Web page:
I've been running in this situation quite often so I thought this will make a good topic for a blog.
Scenario: Management has asked for some sort of a BI solution, such as a dashboard. BI hasn't happened to the organization in question yet. But they have smart developers and there is no project that they can't do. As the story goes, developers go to work and whip out some code… lots of it. Code for doing ETL, code for the database layer, and code for implementing the presentation layer, such as as a custom web application with cool third-party widgets. Everyone is happy... at least for a while.
I don't have an issue with developers. In fact, I spent most of my career writing code. However, there are several pitfalls with this approach so let's mention some of them:
- Custom code is expensive to write and maintain – Developers are pulled away from their primary tasks to implement the BI solution. When the initial enthusiasm wears off, managers find it difficult to allocate developers to extending and maintaining the BI solution.
- You end up with a proprietary, tightly-coupled solution – The solution would probably meet the initial goals but it might be difficult to extend. What if the custom web application is not enough and users prefer to analyze data in another tool, such as Microsoft Excel? Where are business calculations defined? How do you handle security?
- Not the right tools - There are many scenarios when writing custom code makes sense but BI is not one of it. There are specialized tools that are geared specifically toward BI. If you write custom code, more than likely you'll face performance and maintenance challenges in a long run.
- Not a best practice – Most projects start simply but grow in complexity over time. It's not uncommon for management to ask for more features, such as analyzing data by other subject areas or drilling to details. What's has started as a dashboard project might evolve to an end-to-end BI solution that requires a data warehouse, analytical layer, and different presentation options.
- Coders are not BI pros - I hate to say this but even the smartest programmers don't know much or care about BI. More than likely, you'll end with a normalized database and summary tables for improving performance with aggregates. Again, there tools and methodologies for BI so there is no point reinventing the wheel. If you don't know better, hire someone who does. "When all you have is a hammer everything looks like a nail" paradigm won't bring you too far.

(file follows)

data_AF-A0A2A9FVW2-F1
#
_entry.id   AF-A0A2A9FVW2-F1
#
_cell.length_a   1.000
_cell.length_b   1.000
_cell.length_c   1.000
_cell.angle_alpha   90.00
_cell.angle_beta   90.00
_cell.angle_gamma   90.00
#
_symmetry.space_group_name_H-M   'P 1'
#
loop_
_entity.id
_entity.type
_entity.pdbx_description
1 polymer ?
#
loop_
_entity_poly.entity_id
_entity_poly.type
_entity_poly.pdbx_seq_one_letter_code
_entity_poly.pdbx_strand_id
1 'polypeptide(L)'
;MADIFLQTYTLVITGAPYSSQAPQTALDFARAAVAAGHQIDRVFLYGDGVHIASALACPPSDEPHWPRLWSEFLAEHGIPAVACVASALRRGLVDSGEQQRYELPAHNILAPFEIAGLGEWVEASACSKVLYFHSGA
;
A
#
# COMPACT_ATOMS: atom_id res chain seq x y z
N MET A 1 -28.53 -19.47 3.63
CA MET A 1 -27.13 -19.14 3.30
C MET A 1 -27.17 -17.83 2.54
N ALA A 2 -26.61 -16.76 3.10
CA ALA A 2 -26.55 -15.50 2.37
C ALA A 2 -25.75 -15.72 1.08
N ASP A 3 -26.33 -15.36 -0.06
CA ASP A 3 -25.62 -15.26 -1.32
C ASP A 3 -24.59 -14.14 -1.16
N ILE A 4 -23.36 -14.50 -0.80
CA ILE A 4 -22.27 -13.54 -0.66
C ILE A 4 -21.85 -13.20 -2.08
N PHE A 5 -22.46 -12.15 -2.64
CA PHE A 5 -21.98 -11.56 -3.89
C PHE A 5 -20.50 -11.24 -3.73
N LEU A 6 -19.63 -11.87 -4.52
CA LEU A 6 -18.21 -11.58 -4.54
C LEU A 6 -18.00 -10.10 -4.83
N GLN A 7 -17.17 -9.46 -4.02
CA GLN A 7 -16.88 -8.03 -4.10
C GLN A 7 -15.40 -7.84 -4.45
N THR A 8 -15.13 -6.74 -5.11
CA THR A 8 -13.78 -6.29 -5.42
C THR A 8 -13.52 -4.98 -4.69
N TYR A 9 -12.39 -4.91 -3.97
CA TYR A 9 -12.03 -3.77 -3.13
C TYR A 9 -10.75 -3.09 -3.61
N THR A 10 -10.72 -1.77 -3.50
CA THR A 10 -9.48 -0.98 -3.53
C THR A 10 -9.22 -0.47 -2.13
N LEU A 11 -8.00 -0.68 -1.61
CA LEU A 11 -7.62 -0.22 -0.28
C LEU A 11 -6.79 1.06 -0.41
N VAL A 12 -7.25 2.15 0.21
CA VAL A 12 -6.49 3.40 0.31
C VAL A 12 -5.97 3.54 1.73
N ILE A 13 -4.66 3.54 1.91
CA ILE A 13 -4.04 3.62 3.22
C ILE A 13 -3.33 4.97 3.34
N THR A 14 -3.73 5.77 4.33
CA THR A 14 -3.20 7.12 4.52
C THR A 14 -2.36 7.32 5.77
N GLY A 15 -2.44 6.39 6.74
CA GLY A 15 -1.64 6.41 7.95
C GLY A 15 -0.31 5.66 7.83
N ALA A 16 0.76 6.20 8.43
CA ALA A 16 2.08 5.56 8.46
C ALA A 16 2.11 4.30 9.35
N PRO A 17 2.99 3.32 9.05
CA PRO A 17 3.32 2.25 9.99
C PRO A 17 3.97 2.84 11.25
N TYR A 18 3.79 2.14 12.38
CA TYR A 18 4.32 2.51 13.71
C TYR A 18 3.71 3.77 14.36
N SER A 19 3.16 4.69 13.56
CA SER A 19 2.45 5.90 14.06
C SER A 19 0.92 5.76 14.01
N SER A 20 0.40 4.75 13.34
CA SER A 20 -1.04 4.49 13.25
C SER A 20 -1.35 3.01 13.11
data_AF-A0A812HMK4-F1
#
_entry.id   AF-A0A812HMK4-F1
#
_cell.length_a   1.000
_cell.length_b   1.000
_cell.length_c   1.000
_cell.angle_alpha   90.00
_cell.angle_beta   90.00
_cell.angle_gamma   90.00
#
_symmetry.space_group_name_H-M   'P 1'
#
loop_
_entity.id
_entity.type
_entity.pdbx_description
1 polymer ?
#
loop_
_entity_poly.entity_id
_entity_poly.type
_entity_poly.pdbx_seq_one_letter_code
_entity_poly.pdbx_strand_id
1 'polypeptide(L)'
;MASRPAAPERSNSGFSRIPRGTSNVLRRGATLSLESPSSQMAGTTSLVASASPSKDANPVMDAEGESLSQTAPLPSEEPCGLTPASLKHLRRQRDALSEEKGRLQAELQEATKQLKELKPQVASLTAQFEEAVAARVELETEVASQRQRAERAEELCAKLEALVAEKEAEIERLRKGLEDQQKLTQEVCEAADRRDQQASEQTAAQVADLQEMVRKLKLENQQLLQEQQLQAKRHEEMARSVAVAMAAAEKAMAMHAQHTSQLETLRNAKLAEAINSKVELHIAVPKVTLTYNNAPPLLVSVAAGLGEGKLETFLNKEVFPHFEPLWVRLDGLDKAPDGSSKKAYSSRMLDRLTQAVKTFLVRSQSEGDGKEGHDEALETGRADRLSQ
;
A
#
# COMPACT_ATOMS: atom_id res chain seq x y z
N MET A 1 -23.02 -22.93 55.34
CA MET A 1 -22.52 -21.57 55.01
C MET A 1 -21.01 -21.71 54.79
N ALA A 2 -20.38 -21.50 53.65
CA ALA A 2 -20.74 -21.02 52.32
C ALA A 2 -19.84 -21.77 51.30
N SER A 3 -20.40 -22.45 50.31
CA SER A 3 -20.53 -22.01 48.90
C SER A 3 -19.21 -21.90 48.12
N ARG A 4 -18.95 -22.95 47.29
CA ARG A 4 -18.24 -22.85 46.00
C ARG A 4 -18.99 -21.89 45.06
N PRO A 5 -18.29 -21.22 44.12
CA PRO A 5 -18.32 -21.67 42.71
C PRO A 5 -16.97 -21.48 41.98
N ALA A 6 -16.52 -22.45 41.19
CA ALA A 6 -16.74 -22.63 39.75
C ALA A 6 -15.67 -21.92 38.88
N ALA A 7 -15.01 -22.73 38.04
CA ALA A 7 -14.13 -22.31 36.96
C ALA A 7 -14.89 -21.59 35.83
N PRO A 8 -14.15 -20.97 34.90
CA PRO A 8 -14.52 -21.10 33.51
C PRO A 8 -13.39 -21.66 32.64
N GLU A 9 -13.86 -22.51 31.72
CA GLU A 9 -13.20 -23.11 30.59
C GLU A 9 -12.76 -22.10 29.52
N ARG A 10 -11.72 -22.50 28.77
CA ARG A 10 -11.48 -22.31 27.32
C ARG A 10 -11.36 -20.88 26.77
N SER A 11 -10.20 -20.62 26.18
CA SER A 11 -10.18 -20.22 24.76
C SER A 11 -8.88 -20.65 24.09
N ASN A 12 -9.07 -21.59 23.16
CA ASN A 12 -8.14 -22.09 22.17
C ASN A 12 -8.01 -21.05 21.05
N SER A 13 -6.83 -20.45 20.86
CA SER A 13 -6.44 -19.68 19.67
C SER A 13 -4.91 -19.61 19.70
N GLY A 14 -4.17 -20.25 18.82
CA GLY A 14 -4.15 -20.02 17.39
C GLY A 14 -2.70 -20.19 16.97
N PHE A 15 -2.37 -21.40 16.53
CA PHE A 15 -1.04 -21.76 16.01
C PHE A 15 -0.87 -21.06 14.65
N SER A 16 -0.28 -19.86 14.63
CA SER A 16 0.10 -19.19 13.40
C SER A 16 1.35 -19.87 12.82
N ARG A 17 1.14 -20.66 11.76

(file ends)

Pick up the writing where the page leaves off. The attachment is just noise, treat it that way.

Solution: I'm sure you can add to the list, but what's the solution? When you hear about BI or its manifestations, such as dashboards, reporting, analytics, etc., the following architecture should immediately come to mind.
This architecture is somewhat simplified. For example, it doesn't show a staging database but it has the main pieces and their corresponding technologies in the Microsoft BI platform:
- A data warehouse whose schema is designed with reporting in mind.
- Integration services packages for ETL processes. They still have to be maintained but I dare to declare that maintaining SSIS is much easier that maintaining custom code. For example, it doesn't require coding skills, it scales well, and it has a comprehensive logging infrastructure.
- An analytical layer, either as a multi-dimensional cube or a tabular model. This is the most overlooked piece but it's the most important for the reasons I explained in my "Why an Analytical Layer?" blog.
- Finally, just like a car manufacturer, you should strive to assemble your solution with prefabricated parts instead of writing custom code. For example, you can implement very compelling dashboards with Power View that uses your analytical layer as a data source without having to write a single line of code. Not to mention that you can delegate this task to business users.
Now, with custom code you can do anything, including features that you can't get out of the box with prepackaged BI tools. However, you'll be surprised how willing your management might be to compromise with features especially in this economy.
Sat, Mar 9 2013 6:36 PM